2. We do not have 10% of our population (which would mean about 32 million) incarcerated. It's closer to 2%.

  3. If a class action suit or other manner of retribution is possible, count me in. I have email and voicemail from the man. He colluded with opposing counsel, I am certain. My case was damaged so severely it nearly lost me everything and I am still paying dearly.

  4. There's probably a lot of blame that can be cast around for Indiana Tech's abysmal bar passage rate this last February. The folks who decided that Indiana, a state with roughly 16,000 to 18,000 attorneys, needs a fifth law school need to question the motives that drove their support of this project. Others, who have been "strong supporters" of the law school, should likewise ask themselves why they believe this institution should be supported. Is it because it fills some real need in the state? Or is it, instead, nothing more than a resume builder for those who teach there part-time? And others who make excuses for the students' poor performance, especially those who offer nothing more than conspiracy theories to back up their claims--who are they helping? What evidence do they have to support their posturing? Ultimately, though, like most everything in life, whether one succeeds or fails is entirely within one's own hands. At least one student from Indiana Tech proved this when he/she took and passed the February bar. A second Indiana Tech student proved this when they took the bar in another state and passed. As for the remaining 9 who took the bar and didn't pass (apparently, one of the students successfully appealed his/her original score), it's now up to them (and nobody else) to ensure that they pass on their second attempt. These folks should feel no shame; many currently successful practicing attorneys failed the bar exam on their first try. These same attorneys picked themselves up, dusted themselves off, and got back to the rigorous study needed to ensure they would pass on their second go 'round. This is what the Indiana Tech students who didn't pass the first time need to do. Of course, none of this answers such questions as whether Indiana Tech should be accredited by the ABA, whether the school should keep its doors open, or, most importantly, whether it should have even opened its doors in the first place. Those who promoted the idea of a fifth law school in Indiana need to do a lot of soul-searching regarding their decisions. These same people should never be allowed, again, to have a say about the future of legal education in this state or anywhere else. Indiana already has four law schools. That's probably one more than it really needs. But it's more than enough.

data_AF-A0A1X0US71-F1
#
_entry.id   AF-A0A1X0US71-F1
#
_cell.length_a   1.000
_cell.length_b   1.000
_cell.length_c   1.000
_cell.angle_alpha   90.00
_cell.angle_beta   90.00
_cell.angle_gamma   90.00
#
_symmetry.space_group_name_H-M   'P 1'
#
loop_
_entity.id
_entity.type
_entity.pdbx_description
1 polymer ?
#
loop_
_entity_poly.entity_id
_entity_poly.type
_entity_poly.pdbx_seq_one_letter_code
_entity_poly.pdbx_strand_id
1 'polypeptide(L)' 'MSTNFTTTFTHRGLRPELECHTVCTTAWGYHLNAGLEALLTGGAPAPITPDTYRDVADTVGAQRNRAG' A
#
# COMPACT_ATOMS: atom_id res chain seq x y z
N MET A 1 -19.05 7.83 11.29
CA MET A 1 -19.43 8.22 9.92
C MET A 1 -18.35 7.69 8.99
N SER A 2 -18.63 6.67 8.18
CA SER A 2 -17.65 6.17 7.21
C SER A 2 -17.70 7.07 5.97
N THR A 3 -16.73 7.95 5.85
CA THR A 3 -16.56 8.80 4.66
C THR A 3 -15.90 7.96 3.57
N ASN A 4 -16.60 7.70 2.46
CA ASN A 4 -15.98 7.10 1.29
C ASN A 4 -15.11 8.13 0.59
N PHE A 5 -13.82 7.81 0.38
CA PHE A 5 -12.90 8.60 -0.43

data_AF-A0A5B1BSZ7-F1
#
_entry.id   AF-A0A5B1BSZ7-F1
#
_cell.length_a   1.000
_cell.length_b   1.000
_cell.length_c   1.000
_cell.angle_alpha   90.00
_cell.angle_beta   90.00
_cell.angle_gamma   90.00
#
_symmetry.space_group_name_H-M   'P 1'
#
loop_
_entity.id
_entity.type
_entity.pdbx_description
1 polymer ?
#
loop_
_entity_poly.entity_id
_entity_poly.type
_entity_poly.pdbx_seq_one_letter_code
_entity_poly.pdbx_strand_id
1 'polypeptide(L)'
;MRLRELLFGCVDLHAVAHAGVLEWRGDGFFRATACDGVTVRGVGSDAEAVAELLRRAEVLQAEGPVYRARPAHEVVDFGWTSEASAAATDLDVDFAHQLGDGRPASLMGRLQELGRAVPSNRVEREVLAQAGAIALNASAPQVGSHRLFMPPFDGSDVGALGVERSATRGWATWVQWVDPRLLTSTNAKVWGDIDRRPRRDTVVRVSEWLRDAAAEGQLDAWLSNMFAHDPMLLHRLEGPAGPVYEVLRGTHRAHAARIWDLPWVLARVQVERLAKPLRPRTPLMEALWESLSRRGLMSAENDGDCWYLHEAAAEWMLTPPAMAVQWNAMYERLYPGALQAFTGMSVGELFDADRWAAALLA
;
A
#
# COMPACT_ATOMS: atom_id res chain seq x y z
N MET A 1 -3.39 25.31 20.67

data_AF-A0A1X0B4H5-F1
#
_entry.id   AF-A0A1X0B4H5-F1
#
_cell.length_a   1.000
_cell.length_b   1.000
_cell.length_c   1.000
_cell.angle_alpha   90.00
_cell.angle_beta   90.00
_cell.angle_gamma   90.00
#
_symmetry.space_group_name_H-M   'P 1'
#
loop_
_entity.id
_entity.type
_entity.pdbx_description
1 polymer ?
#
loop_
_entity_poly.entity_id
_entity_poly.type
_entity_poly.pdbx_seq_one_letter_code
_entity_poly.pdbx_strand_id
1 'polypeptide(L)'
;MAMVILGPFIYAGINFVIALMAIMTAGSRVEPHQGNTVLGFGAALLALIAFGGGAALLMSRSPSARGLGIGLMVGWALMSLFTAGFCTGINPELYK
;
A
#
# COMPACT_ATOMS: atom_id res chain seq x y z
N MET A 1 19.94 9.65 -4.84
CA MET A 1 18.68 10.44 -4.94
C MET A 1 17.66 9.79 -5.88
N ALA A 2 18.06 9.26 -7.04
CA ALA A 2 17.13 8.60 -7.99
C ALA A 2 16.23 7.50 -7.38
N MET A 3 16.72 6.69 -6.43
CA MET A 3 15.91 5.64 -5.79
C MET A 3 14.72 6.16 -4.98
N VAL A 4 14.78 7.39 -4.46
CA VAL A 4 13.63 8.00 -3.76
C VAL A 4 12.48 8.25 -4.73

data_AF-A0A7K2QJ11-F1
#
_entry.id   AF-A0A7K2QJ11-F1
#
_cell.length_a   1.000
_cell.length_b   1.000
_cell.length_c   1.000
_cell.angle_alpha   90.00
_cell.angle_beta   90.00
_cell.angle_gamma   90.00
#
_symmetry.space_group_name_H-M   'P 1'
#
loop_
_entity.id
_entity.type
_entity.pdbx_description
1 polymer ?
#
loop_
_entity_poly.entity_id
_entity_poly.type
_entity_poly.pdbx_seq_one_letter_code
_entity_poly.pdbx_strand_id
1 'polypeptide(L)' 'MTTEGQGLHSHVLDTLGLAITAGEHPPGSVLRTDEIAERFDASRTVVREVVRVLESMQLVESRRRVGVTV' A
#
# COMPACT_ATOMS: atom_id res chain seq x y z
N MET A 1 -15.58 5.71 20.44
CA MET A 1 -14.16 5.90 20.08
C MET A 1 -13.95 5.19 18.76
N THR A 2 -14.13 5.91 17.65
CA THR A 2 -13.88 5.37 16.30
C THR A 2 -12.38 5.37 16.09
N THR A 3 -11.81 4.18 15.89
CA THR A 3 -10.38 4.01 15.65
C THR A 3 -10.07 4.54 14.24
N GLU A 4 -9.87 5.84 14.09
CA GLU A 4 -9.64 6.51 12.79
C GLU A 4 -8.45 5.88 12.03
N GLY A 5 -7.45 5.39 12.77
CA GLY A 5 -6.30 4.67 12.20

5. This man Steve Hubbard goes on any online post or forum he can find and tries to push his company. He said court reporters would be obsolete a few years ago, yet here we are. How does he have time to search out every single post about court reporters and even spy in private court reporting forums if his company is so successful???? Dude, get a life. And back to what this post was about, I agree that some national firms cause a huge problem.